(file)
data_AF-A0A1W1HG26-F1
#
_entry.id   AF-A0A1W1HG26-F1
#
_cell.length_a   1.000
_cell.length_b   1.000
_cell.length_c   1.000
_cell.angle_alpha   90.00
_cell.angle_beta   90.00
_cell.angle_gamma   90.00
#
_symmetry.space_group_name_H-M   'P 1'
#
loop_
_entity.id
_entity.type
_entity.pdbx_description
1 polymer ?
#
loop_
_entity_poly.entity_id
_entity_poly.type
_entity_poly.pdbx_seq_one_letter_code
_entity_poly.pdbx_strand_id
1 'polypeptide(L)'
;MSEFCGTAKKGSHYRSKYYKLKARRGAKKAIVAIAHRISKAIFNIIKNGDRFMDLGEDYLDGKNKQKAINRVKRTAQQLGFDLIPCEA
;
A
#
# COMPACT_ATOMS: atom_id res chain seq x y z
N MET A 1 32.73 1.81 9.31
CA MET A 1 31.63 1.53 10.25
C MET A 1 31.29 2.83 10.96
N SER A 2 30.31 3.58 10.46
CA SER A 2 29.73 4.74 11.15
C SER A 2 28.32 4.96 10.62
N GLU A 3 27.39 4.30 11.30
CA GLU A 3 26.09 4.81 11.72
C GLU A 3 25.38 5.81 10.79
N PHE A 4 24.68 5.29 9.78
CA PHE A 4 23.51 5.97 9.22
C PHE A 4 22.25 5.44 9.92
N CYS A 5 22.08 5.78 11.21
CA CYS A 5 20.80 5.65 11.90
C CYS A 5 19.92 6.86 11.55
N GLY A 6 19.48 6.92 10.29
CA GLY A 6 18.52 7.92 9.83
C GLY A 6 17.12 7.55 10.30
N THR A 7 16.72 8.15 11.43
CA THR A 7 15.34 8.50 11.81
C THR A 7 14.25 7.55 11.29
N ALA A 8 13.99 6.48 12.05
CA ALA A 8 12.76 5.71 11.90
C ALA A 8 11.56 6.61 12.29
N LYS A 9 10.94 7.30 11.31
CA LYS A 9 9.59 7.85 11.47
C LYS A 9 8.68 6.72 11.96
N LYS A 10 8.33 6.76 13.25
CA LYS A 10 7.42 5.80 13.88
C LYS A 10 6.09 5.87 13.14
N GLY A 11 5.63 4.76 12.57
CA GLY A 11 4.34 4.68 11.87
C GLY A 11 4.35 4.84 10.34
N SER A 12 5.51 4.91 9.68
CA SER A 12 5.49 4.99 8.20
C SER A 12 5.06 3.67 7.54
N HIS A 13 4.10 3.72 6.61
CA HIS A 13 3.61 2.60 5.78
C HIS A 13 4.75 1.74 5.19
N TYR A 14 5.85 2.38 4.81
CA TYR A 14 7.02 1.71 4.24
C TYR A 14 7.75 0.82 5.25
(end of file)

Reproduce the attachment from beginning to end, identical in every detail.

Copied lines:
data_AF-A0A1W1HG26-F1
#
_entry.id   AF-A0A1W1HG26-F1
#
_cell.length_a   1.000
_cell.length_b   1.000
_cell.length_c   1.000
_cell.angle_alpha   90.00
_cell.angle_beta   90.00
_cell.angle_gamma   90.00
#
_symmetry.space_group_name_H-M   'P 1'
#
loop_
_entity.id
_entity.type
_entity.pdbx_description
1 polymer ?
#
loop_
_entity_poly.entity_id
_entity_poly.type
_entity_poly.pdbx_seq_one_letter_code
_entity_poly.pdbx_strand_id
1 'polypeptide(L)'
;MSEFCGTAKKGSHYRSKYYKLKARRGAKKAIVAIAHRISKAIFNIIKNGDRFMDLGEDYLDGKNKQKAINRVKRTAQQLGFDLIPCEA
;
A
#
# COMPACT_ATOMS: atom_id res chain seq x y z
N MET A 1 32.73 1.81 9.31
CA MET A 1 31.63 1.53 10.25
C MET A 1 31.29 2.83 10.96
N SER A 2 30.31 3.58 10.46
CA SER A 2 29.73 4.74 11.15
C SER A 2 28.32 4.96 10.62
N GLU A 3 27.39 4.30 11.30
CA GLU A 3 26.09 4.81 11.72
C GLU A 3 25.38 5.81 10.79
N PHE A 4 24.68 5.29 9.78
CA PHE A 4 23.51 5.97 9.22
C PHE A 4 22.25 5.44 9.92
N CYS A 5 22.08 5.78 11.21
CA CYS A 5 20.80 5.65 11.90
C CYS A 5 19.92 6.86 11.55
N GLY A 6 19.48 6.92 10.29
CA GLY A 6 18.52 7.92 9.83
C GLY A 6 17.12 7.55 10.30
N THR A 7 16.72 8.15 11.43
CA THR A 7 15.34 8.50 11.81
C THR A 7 14.25 7.55 11.29
N ALA A 8 13.99 6.48 12.05
CA ALA A 8 12.76 5.71 11.90
C ALA A 8 11.56 6.61 12.29
N LYS A 9 10.94 7.30 11.31
CA LYS A 9 9.59 7.85 11.47
C LYS A 9 8.68 6.72 11.96
N LYS A 10 8.33 6.76 13.25
CA LYS A 10 7.42 5.80 13.88
C LYS A 10 6.09 5.87 13.14
N GLY A 11 5.63 4.76 12.57
CA GLY A 11 4.34 4.68 11.87
C GLY A 11 4.35 4.84 10.34
N SER A 12 5.51 4.91 9.68
CA SER A 12 5.49 4.99 8.20
C SER A 12 5.06 3.67 7.54
N HIS A 13 4.10 3.72 6.61
CA HIS A 13 3.61 2.60 5.78
C HIS A 13 4.75 1.74 5.19
N TYR A 14 5.85 2.38 4.81
CA TYR A 14 7.02 1.71 4.24
C TYR A 14 7.75 0.82 5.25